Carolingian Gospel Book (British Library, MS Add. 11848)

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This Carolingian Gospel Book is written in a fine Carolingian minuscule.

British Library, Additional Manuscript 11848 is an illuminated Carolingian Latin Gospel Book produced at Tours. It contains the Vulgate translation of the four Gospels written on vellum in Carolingian minuscule with Square and Rustic Capitals and Uncials as display scripts. The manuscript has 219 extant folios which measure approximately 330 by 230 mm. The text is written in area of about 205 by 127 mm. In addition to the text of the Gospels, the manuscript contains the letter of St. Jerome to Pope Damasus and of Eusebius of Caesarea to Carpian, along with the Eusebian canon tables. There are prologues and capitula lists before each Gospel. A table of readings for the year was added, probably between 1675 and 1749, to the end of the volume. This is followed by a list of capitula incipits and a word grid which were added in the Carolingian period.

Provenance[edit]

The codex was produced at the Monastery of St. Martin at Tours between 820 and 830, under the abbacy Fridugisus, who was the successor of Alcuin. It is the earliest known Gospel Book from Tours to contain four Evangelist portraits. The location of the book is uncertain until the 18th century. There is a book stamp on folio 1 that indicates that the volume belonged to Count Suchtelan, the Russian Ambassador to Stockholm in the 18th century. In the early 19th century it belonged to Lord Strangford. It was sold at Sotheby's in August 1831 and was purchased by Samuel Butler, Bishop of Lichfield. The British Library acquired the book along with the rest of Bishop Butler's collection of manuscripts.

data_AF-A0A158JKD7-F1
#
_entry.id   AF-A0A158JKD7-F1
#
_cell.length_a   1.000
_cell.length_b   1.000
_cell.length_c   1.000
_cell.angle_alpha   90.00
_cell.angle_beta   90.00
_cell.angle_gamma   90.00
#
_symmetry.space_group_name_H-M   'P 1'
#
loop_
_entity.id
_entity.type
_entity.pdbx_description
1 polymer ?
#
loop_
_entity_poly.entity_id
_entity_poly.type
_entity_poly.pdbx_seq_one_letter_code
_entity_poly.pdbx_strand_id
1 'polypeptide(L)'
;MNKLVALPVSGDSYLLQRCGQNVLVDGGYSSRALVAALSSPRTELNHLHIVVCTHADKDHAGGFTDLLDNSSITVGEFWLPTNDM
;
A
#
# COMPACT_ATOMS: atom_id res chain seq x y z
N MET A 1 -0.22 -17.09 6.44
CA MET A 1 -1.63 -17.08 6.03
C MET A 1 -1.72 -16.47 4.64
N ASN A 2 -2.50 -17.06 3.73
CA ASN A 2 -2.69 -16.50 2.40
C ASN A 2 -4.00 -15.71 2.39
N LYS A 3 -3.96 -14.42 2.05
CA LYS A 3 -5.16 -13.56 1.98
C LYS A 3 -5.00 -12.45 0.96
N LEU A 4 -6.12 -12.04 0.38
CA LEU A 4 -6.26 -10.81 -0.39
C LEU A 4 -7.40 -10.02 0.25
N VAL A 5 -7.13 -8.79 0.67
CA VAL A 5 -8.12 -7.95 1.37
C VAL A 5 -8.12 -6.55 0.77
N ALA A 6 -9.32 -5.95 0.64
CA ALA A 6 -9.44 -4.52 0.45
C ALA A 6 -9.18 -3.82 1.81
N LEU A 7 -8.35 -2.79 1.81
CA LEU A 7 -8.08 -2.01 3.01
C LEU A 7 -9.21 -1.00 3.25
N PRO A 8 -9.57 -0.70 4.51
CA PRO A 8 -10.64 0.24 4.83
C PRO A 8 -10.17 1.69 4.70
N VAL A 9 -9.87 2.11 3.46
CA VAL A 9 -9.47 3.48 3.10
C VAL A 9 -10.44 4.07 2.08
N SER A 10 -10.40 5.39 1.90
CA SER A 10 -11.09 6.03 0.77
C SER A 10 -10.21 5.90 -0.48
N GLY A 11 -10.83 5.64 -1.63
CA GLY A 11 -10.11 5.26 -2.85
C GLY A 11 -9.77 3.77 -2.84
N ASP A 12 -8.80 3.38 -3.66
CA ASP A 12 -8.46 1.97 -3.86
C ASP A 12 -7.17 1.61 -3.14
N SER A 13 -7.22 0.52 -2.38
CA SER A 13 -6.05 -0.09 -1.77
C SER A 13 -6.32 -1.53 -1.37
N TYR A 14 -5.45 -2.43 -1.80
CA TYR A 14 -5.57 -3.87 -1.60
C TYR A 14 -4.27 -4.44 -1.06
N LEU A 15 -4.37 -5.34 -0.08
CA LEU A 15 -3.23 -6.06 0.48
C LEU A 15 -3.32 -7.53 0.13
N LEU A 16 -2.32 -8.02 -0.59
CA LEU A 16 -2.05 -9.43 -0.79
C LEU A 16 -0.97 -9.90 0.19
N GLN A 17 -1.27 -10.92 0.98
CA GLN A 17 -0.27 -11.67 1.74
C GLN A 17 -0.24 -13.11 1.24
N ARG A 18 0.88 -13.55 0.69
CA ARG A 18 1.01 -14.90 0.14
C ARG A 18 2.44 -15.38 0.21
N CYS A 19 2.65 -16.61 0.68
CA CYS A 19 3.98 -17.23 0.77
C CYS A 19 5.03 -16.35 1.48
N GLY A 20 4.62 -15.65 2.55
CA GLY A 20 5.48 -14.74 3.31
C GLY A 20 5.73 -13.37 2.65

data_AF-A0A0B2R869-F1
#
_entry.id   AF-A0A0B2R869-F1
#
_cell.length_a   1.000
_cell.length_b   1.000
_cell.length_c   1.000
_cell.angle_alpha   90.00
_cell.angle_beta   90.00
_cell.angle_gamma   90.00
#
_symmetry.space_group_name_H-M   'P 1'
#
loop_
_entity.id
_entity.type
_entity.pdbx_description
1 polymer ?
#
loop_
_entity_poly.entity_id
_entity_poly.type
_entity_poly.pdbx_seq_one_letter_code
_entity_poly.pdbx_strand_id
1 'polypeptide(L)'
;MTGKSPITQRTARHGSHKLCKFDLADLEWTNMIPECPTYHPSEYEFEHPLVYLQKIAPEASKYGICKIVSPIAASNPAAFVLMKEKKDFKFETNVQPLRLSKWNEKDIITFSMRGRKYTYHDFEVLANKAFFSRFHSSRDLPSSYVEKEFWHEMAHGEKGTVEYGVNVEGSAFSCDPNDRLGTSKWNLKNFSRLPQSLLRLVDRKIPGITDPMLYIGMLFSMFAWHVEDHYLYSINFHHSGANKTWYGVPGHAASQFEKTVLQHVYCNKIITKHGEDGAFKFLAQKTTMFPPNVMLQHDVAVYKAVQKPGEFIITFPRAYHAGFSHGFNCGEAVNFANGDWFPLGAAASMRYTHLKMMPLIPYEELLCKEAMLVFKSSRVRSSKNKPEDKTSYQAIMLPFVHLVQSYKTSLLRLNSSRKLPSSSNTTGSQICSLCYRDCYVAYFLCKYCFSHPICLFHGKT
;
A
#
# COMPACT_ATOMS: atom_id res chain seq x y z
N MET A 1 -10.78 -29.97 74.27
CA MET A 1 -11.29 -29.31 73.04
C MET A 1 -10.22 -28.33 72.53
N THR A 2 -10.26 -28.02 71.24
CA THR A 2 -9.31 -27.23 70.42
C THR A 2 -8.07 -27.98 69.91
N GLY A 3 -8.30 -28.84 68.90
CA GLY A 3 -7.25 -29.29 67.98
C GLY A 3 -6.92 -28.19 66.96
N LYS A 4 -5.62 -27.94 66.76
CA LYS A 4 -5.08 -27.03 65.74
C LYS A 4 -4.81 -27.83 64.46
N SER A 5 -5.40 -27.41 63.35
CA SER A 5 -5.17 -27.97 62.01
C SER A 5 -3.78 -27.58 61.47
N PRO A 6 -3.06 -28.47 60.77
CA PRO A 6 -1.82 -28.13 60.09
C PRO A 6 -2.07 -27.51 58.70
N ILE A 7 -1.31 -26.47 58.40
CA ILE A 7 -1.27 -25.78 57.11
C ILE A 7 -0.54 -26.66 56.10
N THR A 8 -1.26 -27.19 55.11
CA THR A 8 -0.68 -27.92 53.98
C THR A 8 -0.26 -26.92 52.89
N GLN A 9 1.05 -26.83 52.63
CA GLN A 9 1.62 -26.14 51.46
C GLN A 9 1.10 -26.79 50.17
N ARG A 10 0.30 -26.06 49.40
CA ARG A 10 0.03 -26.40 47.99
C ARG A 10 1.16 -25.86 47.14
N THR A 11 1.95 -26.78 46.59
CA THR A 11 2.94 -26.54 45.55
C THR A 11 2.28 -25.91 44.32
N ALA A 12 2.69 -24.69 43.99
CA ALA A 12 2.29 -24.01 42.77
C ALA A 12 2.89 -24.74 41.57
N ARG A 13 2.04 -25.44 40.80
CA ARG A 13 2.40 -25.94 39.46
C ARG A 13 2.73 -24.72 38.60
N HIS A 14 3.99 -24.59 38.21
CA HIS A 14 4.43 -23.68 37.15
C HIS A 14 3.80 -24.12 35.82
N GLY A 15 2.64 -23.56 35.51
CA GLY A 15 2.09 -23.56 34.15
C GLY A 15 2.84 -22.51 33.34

Decorations[edit]

Folio 109 verso contains a portrait of the Evangelist Luke.

The manuscript contains canon tables set within architectural arcades which are decorated with zoomorphic and foliate designs. There are four Evangelist portraits. Each evangelist is shown as a scribe and is identified by a half-length symbol above him and by an inscription. The portraits show some similarities to some Insular manuscripts and some Court School manuscripts, as might be expected given the nationality Fridugisus, who was English, and from his connections to the Carolingian court. The portraits have been described as being "coarsely executed". The manuscript also contains a decorated title page and incipit page for each gospel. There are also decorated major and minor initials. The major initials are done in early Franco-Saxon style and were done by a different artist than the one who did the portraits.

Binding[edit]

The volume still has its Carolingian treasure binding dating from the ninth century. The covers were refurbished in the 14th and 19th centuries. The covers are oak panels covered in embossed silver. The front cover has the figure of a seated Christ in Majesty enclosed within a rectangular frame decorated with stones and foliate designs. The majority of the medal work is 9th century typical of mid-ninth century Carolingian metalwork. In the four corners of the frame are enamels of the four evangelist symbols, which were added in the fourteenth century. The enamels were probably produced at Limoges. The original colored stones were replaced by jewels in 1838 for Bishop Butler. There are relics of finger bones from an anonymous saint embedded on the interior of the boards. The clasps for the volume were probably replaced in the 19th century.

References[edit]

Further reading[edit]

  • Monumenta Germaniae Historica. Poeta Latini Aevi Karolini, Volume IV, p. 928.
  • Catalogue of Ancient Manuscripts, Volume II, Latin, pp. 26-28.
  • Rand, E.K. A Survey of the Manuscripts of Tours, Medieval Academy of America Publications, no. 3, Studies in the Script of Tours, I (1929), no. 78.
  • Koehler, W. Die Karolingischen Miniaturen, I, Die Schule von Tours (1930), no. 19.
  • Hubert, J., Porcher, J. and Volbach, W.F. Carolingian Art (London, 1970), pp.126-128, 350, pls 114-115.
  • Garrison, M., Nelson, J.L. and Tweddle, D. Alcuin and Charlemagne. The Golden Age of York (York, 2001), no. 55.

External links[edit]